“Tenet,” “Eurovision Song Contest,” “The Trial of the Chicago 7” and “Greyhound” have won feature-film awards at the Motion Picture Sound Editors MPSE Golden Reel Awards, which took place on Friday evening in a virtual event. The MPSE divides the art of sound editing into several different categories, with “Tenet” winning for underscore, “Eurovision Song Contest” for music, “The Trial of the Chicago 7” for dialogue/ADR and “Greyhound” for effects/foley. In the past, the last of those categories has most closely corresponded to the Academy Award for Best Sound Editing — but that Oscar category was merged with the Best Sound Mixing category into a single Best Sound category this year. “Greyhound” is nominated in that category, along with “Soul,” “Mank,” “News of the World” and “Sound of Metal.” Also Read: Oscar Nominated 'Sound of Metal' Sonic Designer Breaks Down the Film's Profound Final Scene “Soul” won for sound editing in an animated feature, while “The Eight Hundred” won for a foreign-language feature and “The Reason I Jump” for a documentary feature. In the television categories, “The Queen’s Gambit” won three awards, including one in which it tied with “Star Trek: Picard” in the effects/foley category. “The Mandalorian” won two, with additional awards going to “Servant” and “Vikings.” “The Last of Us Part II” won a pair of awards in the computer-game categories. “Mad Max: Fury Road” director George Miller received the Filmmaker Award, while sound mixer Dennis Drummond was given the Career Achievement Award. Also Read: What Does a Torpedo Sound Like? Watch a 'Greyhound' Scene With 3 Different Audio Tracks The winners: Filmmaker Award: George MillerCareer Achievement Award: Dennis Drummond CATEGORY WINNERS Outstanding Achievement in Sound Editing – Feature Animation“Soul” (Disney) Supervising Sound Editor: Coya Elliott, Ren Klyce Sound Designer: Ren Klyce Sound Effects Editors: Kimberly Patrick, Jonathan Stevens, Steve Orlando Supervising Dialogue Editor: Cheryl Nardi Foley Editors: Thom Brennan, Dee Selby Foley Artists: John Roesch, MPSE; Shelley Roden, MPSE Music Editors: Sally Boldt, Justin Pearson Outstanding Achievement in Sound Editing – Feature Documentary“The Reason I Jump” (Vulcan Productions) Supervising Sound Editor: Nick Ryan Sound Effects Editors: Laurence Love Greed, Alexej Mungersdorff, Jack Wensley Dialogue Editor: Jamie McPhee Foley Editor: Srdjan Kurpjel Outstanding Achievement in Sound Editing – Foreign Language Feature“The Eight Hundred” (CMC Pictures) Supervising Sound Editor and Editor: Kang Fu Sound Effects Editor: Steve Miller Dialogue Editor: Ai Long Tan Foley Artist: Lan Long Music Editor: Fei Yu Outstanding Achievement in Sound Editing – Feature Underscore“Tenet” (Warner Bros.) Supervising Music Editor: Alex Gibson Music Editor: Nicholas Fitzgerald Outstanding Achievement in Sound Editing – Feature Musical“Eurovision Song Contest: The Story of the Fire Saga” (Netflix) Music Editors: Allegra De Souza, Peter Oso Snell, MPSE; Jon Mooney Outstanding Achievement in Sound Editing – Feature Dialogue / ADR“The Trial of the Chicago 7” (Netflix) Supervising Sound and ADR Editor: Renee Tondelli Dialogue Editors: Michael Hertlein, MPSE; Jeena Schoenke, Jon Michaels Outstanding Achievement in Sound Editing – Feature Effects / Foley“Greyhound” (Apple TV+) Supervising Sound Editors: Warren Shaw, Michael Minkler Associate Supervising Sound Editor: Will Digby, MPSE Sound Designers: Ann Scibelli, Jon Title Sound Effects Editors: Jeff Sawyer, Richard Kitting, Odin Benitez, MPSE; Jason King Foley Editor: Luke Gibleon Foley Artist: Marko Costanzo Outstanding Achievement in Sound Editing – Live Action Under 35:00“Servant”: “2:00” (Apple TV+) Supervising Sound Editor: Sean Garnhart Sound Effects Editor: Mark Filip Dialogue Editor: Michael Feuser Music Editor: Lesley Langs Foley Editor: Julien Pirrie Foley Artist: Gareth Rhys Jones Outstanding Achievement in Sound Editing – Episodic Short Form – Music“Vikings”: “The Best Laid Plans” (Amazon) Music Editors: Yuri Gorbachow, MPSE; Lise Beauchesne Outstanding Achievement in Sound Editing – Episodic Short Form – Dialogue/ADR“The Mandalorian” Season 2: “Chapter 13: The Jedi” (Disney+) Supervising Sound Editors: Matthew Wood, David Acord Dialogue Editor: Richard Quinn ADR Editor: James Spencer Outstanding Achievement in Sound Editing – Episodic Short Form – Effects / Foley“The Mandalorian” Season 2: “Chapter 13: The Jedi” (Disney+) Supervising Sound Editor: David Acord, Matthew Wood Sound Effects Editors: Benjamin A. Burtt, J.R. Grubbs Foley Editor: Richard Gould Foley Artists: Ronni Brown, Jana Vance Outstanding Achievement in Sound Editing – Episodic Long Form – Music“The Queen’s Gambit”: “Adjournment” (Netflix) Music Editor: Tom Kramer Outstanding Achievement in Sound Editing – Episodic Long Form – Dialogue / ADR“The Queen’s Gambit”: “End Game” (Netflix) Supervising Sound Editors: Gregg Swiatlowski, Eric Hirsch Sound Designer: Wylie Stateman Dialogue Editors: Mary Ellen Porto, MPSE; Eric Hoehn Outstanding Achievement in Sound Editing – Episodic Long Form – Effects / Foley** TIE **“The Queen’s Gambit”: “End Game” (Netflix) Supervising Sound Editors: Gregg Swiatlowski, Eric Hirsch Sound Designer: Wylie Stateman, MPSE Sound Effects Editors: Patrick Cicero, James David Redding III, Leo Marcil, Eric Hoehn Foley Artist / Editor: Rachel Chancey “Star Trek: Picard”: “Et in Arcadia Ego, Part 2” (CBS All Access) Supervising Sound Editor: Matthew E. Taylor Sound Designers: Tim Farrell, Harry Cohen, MPSE Sound Effects Editor: Michael Schapiro Foley Editors: Clay Weber, Darrin Mann Foley Artists: Alyson Dee Moore, Chris Moriana Outstanding Achievement in Sound Editing – Single Presentation“A Christmas Carol” (FX) Supervising Sound Editor: Lee Walpole, MPSE Sound Effects Editors: Saoirse Christopherson, Tom Stewart, Andy Kennedy Dialogue Editor: Iain Wilkinson Foley Artists: Catherine Thomas, Anna Wright Music Editor: Cecile Tournesac Outstanding Achievement in Sound Editing – Non-Theatrical Animation Long Form“Mortal Kombat Legends”: “Scorpion’s Revenge” (Warner Bros. Animation) Supervising Sound Editors: Rob McIntyre, MPSE; D.J. Lynch Supervising ADR Editor: Mark A. Keatts, MPSE Sound Effects Editors: Lawrence Reyes, Roger Pallan, Ezra Walker Dialogue Editors: Mike Garcia, MPSE; Kelly Foley Downs, David M. Cowan, Patrick Foley Sound Designers: Marc Schmidt, Evan Dockter ADR Editors: Mark Mercado, Jon Abelardo Foley Editors: Roberto Allegria, Derek Swanson Outstanding Achievement in Sound Editing – Non-Theatrical Documentary“Laurel Canyon: A Place in Time”: “Episode 1” (EPIX/Amblin) Supervising Sound Editor: Jonathan Greber Sound Effects Editor: Lucas Miller Outstanding Achievement in Sound Editing – Non-Theatrical Feature“The Ultimate Playlist of Noise” (Hulu) Supervising Sound Editor: Odin Benitez, MPSE Supervising ADR Editor: Ryan Briley Sound Designer: Russell Topal, MPSE Foley Editor: Rustam Gimadlyev Foley Artists: Bogdan Zavarzin, Natalia Syeryakova Music Editor: Katerina Tolkishevskaya Outstanding Achievement in Sound Editing – Computer Cinematic“The Last of Us Part II” (Sony Interactive Entertainment) Supervising Sound Editor: Shannon Potter Sound Effects Editors: Patrick Ginn, Kyle Bailey, Michael Finley, Chad Bedell, Eric Paulsen, Keith Bilderbeck, Jim Diaz Foley Artists: Dawn Fintor, Alicia Stevenson Audio Director: Robert Krekel Sound Designers: Justin Mullens, Beau Jimenez, Neil Uchitel, Jesse Garcia, MPSE; Michael Marchisotto Supervising Music Editors: Rob Goodson, Scott Shoemaker Music Editors: Anthony Caruso, Tyler Crowder, Sonia Coronado, Adam Kallibjian, Adam Kallibjian, James Zolyak, Ted Kocher, Scott Bergstrom, Tao-Ping Chen Outstanding Achievement in Sound Editing – Computer Interactive Game Play“The Last of Us Part II” (Sony Interactive Entertainment) Audio Director: Robert Krekel Supervising Sound Editor: Shannon Potter Supervising Dialogue Editor: Maged Khalil Ragab Supervising Music Editors: Rob Goodson, Scott Shoemaker Sound Designers: Neil Uchitel, Beau Jimenez, Justin Mullens, Jesse Garcia, MPSE; Michael Marchisotto, Derek Brown, Jordan Denton Dialogue Editors: Grayson Stone, Julius Kukla, Thomas Barrett, Jaime Marcelo, Erik Schmall, Duncan Brown, Cesar Marenco Foley Editor: Eolyne Arnold, MPSE Sound Effects Editors: Patrick Ginn, Michael Finley, Kyle Bailey Music Editors: Anthony Caruso, Tyler Crowder, Tao-Ping Chen, Sonia Coronado, Adam Kallibjian, Samuel Marshall, James Zolyak, Ted Kocher, Scott Bergstrom Foley Artists: Dawn Fintor, Alicia Stevenson Outstanding Achievement in Sound Editing – Animation Short Form“Baba Yaga” (Baobab Studios) Supervising Sound Editor: Scot Stafford Sound Designers: Andrew Vernon, Jamey Scott, MPSE Sound Effects Editor: Brendan Wolf Music Editor: Rex Darnell Outstanding Achievement in Sound Editing – Student Film (Verna Fields Award)“The Unknown” (The National Film and Television School) Supervising Sound Editor: Yin Lee Sound Designer: Yin Lee Read original story ‘Greyhound,’ ‘Tenet’ Win at Motion Picture Sound Editors’ Golden Reel Awards At TheWrap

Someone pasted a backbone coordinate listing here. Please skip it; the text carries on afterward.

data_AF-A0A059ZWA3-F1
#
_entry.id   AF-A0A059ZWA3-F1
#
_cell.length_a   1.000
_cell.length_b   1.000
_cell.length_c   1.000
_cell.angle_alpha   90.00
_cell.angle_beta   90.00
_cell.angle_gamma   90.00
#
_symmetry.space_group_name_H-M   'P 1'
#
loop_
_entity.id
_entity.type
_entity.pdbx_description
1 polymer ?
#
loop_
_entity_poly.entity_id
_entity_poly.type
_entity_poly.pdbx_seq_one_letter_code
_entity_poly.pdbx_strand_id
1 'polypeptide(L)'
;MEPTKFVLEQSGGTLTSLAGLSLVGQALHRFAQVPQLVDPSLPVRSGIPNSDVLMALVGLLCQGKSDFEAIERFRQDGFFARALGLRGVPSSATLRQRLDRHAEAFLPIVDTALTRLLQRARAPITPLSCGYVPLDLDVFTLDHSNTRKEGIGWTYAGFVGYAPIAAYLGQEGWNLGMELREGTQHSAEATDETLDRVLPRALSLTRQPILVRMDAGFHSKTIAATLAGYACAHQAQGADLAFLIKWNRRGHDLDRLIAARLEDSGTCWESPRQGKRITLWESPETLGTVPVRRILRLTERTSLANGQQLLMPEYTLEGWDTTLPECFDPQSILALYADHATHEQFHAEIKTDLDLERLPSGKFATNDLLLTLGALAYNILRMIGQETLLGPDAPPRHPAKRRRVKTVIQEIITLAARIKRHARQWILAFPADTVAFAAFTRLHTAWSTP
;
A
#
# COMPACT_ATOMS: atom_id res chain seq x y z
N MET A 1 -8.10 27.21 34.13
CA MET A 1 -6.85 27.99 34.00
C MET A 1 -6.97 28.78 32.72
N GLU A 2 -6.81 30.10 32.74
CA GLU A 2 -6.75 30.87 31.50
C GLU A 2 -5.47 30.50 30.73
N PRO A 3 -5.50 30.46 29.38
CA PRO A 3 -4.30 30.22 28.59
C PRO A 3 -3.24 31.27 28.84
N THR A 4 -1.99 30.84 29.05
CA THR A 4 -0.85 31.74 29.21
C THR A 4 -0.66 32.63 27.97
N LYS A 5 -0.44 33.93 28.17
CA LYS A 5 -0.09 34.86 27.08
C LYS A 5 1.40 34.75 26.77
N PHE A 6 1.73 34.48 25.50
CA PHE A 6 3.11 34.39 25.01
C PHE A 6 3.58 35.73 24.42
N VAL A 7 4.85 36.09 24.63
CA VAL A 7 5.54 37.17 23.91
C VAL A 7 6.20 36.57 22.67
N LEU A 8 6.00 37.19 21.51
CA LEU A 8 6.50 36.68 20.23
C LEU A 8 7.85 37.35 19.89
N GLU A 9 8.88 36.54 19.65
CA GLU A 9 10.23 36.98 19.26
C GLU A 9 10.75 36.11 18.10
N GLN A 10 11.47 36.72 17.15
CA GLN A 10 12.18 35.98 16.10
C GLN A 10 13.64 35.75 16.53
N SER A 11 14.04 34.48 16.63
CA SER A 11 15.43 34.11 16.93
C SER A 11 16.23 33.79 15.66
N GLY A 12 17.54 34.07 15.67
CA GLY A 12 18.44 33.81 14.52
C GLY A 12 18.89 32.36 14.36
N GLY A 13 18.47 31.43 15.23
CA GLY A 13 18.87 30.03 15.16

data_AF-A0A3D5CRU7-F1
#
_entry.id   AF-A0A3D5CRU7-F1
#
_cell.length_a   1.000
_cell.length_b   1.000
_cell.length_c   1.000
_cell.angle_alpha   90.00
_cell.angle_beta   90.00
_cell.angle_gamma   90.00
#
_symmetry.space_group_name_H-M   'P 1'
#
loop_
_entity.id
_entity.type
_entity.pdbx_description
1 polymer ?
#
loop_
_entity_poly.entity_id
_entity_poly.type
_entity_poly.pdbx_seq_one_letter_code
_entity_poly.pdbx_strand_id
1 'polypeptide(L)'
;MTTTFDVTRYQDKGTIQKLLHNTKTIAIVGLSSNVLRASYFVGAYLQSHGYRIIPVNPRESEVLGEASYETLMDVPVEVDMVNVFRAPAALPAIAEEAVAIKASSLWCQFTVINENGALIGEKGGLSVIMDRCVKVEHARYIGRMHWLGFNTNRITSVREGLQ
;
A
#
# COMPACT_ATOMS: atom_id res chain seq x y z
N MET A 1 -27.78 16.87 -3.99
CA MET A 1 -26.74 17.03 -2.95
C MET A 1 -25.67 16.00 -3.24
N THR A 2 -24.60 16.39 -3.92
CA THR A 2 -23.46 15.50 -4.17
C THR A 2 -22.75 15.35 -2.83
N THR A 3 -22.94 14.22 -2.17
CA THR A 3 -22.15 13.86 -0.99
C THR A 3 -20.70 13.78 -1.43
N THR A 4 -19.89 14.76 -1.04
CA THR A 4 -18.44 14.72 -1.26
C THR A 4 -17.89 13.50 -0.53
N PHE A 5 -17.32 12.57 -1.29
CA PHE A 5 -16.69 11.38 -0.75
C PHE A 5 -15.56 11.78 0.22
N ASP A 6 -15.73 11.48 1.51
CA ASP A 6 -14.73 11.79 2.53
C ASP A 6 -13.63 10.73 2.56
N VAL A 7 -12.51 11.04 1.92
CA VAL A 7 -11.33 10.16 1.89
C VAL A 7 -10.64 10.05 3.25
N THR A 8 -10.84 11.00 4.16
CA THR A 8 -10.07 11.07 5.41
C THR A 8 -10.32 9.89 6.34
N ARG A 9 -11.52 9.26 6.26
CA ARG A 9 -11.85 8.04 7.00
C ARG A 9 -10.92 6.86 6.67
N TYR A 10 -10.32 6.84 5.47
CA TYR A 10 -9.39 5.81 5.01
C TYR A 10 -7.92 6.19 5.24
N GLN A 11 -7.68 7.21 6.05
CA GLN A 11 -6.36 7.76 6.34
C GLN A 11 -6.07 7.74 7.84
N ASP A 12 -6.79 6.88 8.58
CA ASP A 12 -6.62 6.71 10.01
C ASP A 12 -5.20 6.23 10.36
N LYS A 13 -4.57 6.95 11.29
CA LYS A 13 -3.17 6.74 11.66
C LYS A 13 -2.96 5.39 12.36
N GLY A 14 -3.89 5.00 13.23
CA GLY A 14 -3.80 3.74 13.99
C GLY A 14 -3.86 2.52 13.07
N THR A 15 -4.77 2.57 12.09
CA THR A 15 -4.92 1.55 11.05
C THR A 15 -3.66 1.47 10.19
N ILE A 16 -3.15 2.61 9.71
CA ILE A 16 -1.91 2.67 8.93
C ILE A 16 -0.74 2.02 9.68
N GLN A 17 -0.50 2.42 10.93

Sharon Osbourne was the first guest on “Real Time With Bill Maher” Friday night, marking her first interview since she was dropped by “The Talk” last month for freaking out when co-host Sheryl Underwood challenged her defense of Piers Morgan’s attacks on Meghan Markle. In the interview with Maher, Osbourne blamed “disgruntled ladies” for losing her job, and said anyone who has accused her of uttering slurs is making it up. Maher began the discussion with a rundown of what happened on “The Talk” that dramatically downplayed what actually happened. “So on your ironically titled show ‘The Talk,’ you were talking. And if there’s one lesson from this, it’s that’s not allowed anymore. So I just want to say my view is nothing happened,” Maher said. Also Read: Bill Maher's Got Some Shocking New Fun Facts About Matt Gaetz (Video) He continued, “Meghan Markle and Prince Harry gave their interview with Oprah. Then your friend Piers Morgan — he’s a commentator in Britain — he said he didn’t believe things that Meghan Markle said. And then on your show, you said, ‘Well, he’s a good friend of mine and I don’t necessarily agree with his opinion but he is entitled to his opinion.’ So he was called the racist and lost his job, and you were called a racist and lost your job. Do I have it right?” “You got it right,” Osbourne said. “That’s exactly how it went.” In reality, that’s not really how it went. Osbourne’s outburst (watch here) included gems such as her saying she felt “like I’m about to be put in the electric chair because I have a friend who many people think is a racist, so that makes me a racist.” Or when she yelled at her co-hosts, “How can I be racist about anybody?” “I’ve been called so many things in my life,” Osbourne told Maher. “I am so used to being called names, but a racist is one I will not take.” “Yeah,” Maher replied. “It’s an insult if you’re not one.” Also Read: Bill Maher Doesn't Buy Everything Meghan Markle Said in Oprah Interview (Video) There have been multiple times when Osbourne has been accused of uttering racial and homophobic slurs. Former “The Talk” co-host Leah Remini said Osbourne has referred to Julie Chen as “slanty eyes” and “wonton,” and that she had angrily called Sarah Gilbert, who is a lesbian, a “pussy licker” and a “fish eater.” Remini also claimed Osbourne subjected her to slurs against Italians. Another woman, an Iranian-American talent agent named Renee Tab, was reportedly subjected to slurs from Osbourne in 2003 when she won a raffle for a diamond necklace at a New Year’s Eve party for the Osbournes. Tab said Osbourne called her a “Persian carpet c—” the next day after inventing a story about Tab stealing the necklace — and then again a month later when they ran into each other at a restaurant. During the latter incident, Tab said, Osbourne also spit on her. Maher very lightly probed Osbourne about these incidents. “This is a part of culture that I’m not loving, where everyone is a snitch now. The current hosts have said they never heard you say anything racist. But some of the past ladies, they said you talk s—,” Maher said, referring to Remini’s claims mentioned above. “First of all, we’re talking about four ladies. I know men are dogs, and men are dogs.” Also Read: 'The Talk': Sheryl Underwood Feared Being Called 'Angry Black Woman' in Sharon Osbourne Blow-Up (Video) “And we’re bitches. That’s the way it goes,” Osbourne said. “That’s the way it goes with girls — ‘Jesus, did you see what she was just wearing?’ And then you go ‘Hi!’ or ‘You look great!’ We’re bitches, and that’s the way it is. And this has brought it all out.” “It’s disgruntled ladies,” she added. Then Maher brought up the incident with Tab. Osbourne told her version of that story, saying Tab shouldn’t have even been at the party — despite being the guest of someone who was invited by Osbourne’s son — and doubling down on her accusation that Tab stole the necklace. (It’s worth nothing that despite continuing to push that story after all this time, Osbourne did not pursue litigation after investigators decided it wasn’t a criminal matter.) Notably, however, Osbourne did not deny using a racial slur against Tab. “I don’t know what I said to her, but it wasn’t very nice. And I told her to bring that f—ing necklace back now, you b—- face whatever, because I had it,” Osbourne said. Read original story Sharon Osbourne Tells Bill Maher ‘I Will Not Take’ Being Called a Racist (Video) At TheWrap